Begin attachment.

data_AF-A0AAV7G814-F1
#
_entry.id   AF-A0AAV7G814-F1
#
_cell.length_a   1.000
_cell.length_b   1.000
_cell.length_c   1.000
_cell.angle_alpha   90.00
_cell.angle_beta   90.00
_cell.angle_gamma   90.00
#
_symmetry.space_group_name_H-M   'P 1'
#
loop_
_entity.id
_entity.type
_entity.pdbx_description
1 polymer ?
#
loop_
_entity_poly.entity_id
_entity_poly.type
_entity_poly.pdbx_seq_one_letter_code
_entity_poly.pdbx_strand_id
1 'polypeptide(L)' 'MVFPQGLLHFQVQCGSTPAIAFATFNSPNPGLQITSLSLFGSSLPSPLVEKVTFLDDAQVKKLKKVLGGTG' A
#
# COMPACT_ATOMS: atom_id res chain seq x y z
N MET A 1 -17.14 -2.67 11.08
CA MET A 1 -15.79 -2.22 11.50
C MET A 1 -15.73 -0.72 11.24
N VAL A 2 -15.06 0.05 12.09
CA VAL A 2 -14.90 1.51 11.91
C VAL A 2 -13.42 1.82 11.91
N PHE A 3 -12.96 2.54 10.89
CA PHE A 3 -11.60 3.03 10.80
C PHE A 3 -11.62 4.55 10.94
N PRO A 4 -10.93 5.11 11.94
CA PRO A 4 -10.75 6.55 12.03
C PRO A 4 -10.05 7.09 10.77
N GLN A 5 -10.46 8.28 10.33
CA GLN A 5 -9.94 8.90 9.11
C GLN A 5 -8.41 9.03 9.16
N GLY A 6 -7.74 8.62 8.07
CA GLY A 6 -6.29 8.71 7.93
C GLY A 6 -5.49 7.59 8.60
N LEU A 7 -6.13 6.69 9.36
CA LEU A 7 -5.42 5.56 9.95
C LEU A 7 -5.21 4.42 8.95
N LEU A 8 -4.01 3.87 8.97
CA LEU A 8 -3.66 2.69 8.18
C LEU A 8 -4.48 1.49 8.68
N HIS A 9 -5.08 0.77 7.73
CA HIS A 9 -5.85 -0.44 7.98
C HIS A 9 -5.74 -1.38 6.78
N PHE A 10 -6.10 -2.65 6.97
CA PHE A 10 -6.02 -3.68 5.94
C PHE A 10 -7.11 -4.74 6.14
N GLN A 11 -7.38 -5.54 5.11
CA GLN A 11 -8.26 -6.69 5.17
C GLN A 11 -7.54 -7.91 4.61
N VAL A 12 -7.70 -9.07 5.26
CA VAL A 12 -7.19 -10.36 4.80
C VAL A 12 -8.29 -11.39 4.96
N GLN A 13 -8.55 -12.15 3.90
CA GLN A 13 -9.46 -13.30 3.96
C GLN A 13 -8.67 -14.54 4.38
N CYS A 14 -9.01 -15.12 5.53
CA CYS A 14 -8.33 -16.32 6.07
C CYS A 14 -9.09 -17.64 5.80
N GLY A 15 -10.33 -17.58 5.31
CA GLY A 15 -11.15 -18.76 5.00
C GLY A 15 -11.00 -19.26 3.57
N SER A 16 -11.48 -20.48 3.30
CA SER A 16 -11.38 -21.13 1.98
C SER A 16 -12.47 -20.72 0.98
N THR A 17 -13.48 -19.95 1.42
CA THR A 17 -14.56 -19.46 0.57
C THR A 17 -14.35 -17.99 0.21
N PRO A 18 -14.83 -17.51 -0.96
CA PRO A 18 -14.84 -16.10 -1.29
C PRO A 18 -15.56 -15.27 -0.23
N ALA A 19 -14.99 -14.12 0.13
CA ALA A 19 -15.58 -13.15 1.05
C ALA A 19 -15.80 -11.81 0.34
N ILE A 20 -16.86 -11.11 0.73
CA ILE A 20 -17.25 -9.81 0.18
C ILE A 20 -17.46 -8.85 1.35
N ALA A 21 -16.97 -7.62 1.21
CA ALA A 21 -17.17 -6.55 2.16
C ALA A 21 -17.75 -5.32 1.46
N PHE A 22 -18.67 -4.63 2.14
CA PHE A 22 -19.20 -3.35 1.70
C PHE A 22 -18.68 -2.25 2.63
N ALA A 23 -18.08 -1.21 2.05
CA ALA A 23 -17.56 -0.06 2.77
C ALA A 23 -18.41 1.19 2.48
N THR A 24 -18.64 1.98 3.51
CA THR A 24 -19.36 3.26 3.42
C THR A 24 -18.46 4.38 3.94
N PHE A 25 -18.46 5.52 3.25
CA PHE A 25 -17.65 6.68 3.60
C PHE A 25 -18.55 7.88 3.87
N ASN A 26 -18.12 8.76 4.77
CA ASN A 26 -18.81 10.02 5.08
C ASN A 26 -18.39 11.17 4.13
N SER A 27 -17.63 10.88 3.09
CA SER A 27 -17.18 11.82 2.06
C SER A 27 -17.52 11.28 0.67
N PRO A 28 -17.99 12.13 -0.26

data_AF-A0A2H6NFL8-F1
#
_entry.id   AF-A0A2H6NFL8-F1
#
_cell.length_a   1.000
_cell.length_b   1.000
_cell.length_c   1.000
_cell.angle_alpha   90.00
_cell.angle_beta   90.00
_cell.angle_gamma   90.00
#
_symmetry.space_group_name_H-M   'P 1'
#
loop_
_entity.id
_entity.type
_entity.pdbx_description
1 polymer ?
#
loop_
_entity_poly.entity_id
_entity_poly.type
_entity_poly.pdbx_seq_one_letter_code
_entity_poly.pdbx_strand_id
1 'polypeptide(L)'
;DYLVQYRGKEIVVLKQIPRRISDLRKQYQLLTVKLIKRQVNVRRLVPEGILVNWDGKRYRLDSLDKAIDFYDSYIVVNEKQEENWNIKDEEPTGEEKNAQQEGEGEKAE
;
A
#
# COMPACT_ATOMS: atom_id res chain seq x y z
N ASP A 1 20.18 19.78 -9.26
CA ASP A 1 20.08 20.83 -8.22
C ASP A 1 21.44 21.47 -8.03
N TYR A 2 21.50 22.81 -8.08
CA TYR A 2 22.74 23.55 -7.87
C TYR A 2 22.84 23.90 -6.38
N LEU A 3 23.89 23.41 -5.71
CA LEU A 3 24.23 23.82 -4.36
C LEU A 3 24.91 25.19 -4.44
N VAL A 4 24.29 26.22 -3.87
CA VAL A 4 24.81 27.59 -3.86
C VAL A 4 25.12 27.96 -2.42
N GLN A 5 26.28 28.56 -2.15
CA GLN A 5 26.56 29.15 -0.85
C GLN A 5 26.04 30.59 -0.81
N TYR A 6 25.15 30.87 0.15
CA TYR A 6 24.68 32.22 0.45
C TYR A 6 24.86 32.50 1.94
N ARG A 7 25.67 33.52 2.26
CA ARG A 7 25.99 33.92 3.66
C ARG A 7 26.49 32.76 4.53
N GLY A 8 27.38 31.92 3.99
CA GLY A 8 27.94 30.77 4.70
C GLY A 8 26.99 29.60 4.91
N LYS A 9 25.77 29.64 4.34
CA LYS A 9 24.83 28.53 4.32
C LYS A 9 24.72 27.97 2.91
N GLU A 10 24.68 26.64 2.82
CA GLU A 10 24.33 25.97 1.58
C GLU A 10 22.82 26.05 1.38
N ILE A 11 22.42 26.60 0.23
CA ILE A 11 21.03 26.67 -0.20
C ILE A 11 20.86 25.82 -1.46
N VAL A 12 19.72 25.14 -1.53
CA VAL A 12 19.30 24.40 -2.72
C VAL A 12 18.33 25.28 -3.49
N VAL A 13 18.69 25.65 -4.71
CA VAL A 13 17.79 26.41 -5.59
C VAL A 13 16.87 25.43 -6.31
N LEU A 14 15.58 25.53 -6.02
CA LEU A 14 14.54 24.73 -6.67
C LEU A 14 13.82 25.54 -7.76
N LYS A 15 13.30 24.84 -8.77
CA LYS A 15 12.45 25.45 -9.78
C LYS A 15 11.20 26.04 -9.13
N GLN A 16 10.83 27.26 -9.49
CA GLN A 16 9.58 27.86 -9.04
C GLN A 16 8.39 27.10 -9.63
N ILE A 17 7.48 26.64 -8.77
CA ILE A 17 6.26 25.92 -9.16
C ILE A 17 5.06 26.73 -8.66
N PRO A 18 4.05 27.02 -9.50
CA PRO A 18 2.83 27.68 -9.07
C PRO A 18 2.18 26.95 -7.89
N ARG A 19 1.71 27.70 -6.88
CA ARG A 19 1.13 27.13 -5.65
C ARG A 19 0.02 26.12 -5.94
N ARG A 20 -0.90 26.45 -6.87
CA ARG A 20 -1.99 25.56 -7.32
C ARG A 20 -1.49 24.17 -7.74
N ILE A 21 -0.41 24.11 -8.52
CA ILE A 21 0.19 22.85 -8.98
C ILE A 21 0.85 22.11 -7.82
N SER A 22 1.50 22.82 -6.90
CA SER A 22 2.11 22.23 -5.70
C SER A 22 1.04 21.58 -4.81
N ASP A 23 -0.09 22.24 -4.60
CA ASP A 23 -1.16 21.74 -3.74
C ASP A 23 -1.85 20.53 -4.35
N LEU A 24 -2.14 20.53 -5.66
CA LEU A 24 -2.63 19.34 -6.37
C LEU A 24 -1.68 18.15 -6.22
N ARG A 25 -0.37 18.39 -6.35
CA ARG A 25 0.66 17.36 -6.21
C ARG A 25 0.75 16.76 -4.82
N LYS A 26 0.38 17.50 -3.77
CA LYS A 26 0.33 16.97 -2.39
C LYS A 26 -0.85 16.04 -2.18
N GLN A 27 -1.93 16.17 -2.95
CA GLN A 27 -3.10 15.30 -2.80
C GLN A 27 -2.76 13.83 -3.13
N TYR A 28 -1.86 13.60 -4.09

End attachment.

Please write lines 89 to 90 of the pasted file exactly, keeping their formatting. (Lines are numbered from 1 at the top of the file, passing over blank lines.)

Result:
CA ALA A 21 -17.17 -6.55 2.16
C ALA A 21 -17.75 -5.32 1.46